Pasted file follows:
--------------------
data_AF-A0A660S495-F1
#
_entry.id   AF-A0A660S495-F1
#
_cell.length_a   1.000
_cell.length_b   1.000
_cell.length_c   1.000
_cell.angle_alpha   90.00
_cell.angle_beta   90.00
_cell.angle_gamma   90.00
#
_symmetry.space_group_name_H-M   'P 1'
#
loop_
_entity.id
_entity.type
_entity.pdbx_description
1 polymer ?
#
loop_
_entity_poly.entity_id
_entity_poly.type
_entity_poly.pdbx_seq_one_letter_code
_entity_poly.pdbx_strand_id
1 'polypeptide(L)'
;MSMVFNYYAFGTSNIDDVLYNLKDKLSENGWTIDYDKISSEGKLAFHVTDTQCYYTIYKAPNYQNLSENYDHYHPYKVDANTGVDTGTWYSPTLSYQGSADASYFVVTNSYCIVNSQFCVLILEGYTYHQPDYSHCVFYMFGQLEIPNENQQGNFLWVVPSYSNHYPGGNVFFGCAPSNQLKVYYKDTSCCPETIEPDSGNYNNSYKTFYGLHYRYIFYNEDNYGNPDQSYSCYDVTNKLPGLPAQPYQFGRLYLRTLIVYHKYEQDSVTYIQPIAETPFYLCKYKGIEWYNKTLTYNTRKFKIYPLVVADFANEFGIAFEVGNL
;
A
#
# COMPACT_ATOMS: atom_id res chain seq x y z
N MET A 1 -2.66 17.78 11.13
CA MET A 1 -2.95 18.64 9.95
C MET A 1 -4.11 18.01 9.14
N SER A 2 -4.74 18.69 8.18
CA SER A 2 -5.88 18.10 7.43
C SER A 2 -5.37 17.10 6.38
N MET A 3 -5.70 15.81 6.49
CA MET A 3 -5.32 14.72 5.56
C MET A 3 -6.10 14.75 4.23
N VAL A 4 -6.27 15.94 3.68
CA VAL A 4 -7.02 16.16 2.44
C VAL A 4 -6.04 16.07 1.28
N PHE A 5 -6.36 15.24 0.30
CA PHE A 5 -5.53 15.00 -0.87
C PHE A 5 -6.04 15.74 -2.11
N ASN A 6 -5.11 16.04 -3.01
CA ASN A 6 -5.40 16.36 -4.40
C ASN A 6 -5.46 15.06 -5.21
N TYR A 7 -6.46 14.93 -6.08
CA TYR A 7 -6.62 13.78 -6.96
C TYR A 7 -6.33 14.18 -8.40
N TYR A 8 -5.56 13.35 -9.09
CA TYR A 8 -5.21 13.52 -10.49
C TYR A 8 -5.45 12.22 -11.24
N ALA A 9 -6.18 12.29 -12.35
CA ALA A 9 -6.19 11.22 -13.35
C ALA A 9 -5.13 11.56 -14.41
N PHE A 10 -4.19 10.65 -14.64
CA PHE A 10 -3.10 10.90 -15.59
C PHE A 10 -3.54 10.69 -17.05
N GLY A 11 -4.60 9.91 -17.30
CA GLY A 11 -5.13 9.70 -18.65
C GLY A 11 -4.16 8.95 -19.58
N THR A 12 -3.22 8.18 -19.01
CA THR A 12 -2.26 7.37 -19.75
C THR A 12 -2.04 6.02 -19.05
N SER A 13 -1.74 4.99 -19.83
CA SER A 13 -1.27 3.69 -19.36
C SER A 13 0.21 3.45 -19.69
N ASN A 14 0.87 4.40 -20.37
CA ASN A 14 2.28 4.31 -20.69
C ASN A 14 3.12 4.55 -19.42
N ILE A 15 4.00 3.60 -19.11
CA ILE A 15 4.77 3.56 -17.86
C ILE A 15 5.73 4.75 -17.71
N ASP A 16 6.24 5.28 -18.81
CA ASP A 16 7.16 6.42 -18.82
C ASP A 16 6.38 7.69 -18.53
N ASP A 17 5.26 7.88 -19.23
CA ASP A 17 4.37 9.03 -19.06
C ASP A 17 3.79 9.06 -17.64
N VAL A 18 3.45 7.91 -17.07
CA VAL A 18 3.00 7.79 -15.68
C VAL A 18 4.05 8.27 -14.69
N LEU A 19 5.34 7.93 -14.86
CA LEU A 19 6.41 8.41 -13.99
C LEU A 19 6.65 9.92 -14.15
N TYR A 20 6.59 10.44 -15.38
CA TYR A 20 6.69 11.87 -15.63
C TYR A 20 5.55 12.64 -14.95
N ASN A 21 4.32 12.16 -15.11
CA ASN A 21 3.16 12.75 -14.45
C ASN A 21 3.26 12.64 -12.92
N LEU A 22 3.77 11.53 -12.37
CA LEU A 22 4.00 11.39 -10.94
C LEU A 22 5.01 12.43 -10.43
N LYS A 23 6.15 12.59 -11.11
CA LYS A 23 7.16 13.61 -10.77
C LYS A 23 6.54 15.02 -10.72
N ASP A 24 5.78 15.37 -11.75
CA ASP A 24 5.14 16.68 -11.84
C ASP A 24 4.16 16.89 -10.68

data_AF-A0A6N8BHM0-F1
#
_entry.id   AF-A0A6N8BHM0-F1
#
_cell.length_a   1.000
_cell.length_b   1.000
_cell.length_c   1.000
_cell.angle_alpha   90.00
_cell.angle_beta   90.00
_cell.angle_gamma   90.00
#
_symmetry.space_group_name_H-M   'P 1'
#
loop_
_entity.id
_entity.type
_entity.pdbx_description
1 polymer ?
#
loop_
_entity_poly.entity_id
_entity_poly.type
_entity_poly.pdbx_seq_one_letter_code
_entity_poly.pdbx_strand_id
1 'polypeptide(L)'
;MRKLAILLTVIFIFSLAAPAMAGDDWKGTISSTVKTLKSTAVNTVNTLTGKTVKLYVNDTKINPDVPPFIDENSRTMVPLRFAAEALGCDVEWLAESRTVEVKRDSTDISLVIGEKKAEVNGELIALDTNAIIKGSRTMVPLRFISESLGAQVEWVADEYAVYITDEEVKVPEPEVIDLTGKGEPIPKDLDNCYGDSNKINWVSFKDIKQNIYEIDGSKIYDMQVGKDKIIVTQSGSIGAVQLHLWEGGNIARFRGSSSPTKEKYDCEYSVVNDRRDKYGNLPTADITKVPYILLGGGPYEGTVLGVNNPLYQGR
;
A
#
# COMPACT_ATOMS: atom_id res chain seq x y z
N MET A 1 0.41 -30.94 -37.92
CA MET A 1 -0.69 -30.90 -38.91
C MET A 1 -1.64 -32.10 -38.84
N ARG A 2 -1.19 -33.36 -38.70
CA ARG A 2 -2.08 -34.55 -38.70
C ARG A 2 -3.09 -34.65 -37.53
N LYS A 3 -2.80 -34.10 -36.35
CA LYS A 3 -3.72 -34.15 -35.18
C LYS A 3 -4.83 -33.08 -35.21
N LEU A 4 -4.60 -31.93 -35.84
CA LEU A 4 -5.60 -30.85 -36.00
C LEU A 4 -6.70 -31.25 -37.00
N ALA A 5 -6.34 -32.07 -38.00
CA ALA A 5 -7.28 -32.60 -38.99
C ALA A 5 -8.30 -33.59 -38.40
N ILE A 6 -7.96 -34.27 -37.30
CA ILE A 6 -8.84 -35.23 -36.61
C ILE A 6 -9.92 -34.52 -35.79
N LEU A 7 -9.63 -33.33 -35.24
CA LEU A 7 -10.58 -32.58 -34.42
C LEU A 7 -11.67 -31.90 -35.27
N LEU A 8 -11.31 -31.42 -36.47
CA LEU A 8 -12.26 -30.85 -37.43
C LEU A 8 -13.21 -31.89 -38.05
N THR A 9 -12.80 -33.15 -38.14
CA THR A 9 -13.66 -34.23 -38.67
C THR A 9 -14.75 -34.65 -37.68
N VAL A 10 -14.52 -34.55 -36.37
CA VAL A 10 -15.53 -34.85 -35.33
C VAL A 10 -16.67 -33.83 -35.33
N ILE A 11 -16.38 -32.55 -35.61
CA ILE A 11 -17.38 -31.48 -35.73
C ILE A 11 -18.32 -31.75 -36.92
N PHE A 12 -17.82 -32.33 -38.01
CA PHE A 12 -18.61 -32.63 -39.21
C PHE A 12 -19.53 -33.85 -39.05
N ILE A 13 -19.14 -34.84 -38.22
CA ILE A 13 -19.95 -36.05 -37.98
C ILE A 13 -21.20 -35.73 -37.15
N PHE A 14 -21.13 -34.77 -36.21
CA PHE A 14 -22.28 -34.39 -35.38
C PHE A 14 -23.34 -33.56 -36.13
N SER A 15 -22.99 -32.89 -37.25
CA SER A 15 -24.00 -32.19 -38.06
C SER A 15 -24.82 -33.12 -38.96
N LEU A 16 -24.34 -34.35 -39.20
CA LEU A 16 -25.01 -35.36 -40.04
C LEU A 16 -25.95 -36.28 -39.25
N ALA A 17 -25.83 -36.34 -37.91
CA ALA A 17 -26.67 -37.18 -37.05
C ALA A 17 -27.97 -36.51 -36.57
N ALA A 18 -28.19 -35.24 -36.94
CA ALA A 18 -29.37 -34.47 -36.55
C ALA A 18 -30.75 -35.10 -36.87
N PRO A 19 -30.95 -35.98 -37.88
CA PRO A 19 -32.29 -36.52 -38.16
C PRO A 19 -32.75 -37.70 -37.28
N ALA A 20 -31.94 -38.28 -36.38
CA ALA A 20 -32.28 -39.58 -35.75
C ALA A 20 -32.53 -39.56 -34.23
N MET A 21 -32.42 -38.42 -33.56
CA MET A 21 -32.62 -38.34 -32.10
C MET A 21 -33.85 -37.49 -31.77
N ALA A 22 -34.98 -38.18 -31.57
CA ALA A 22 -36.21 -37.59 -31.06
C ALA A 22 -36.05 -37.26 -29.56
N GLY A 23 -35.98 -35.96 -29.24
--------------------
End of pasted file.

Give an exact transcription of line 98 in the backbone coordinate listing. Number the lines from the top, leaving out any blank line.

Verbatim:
CA LYS A 23 7.16 13.61 -10.77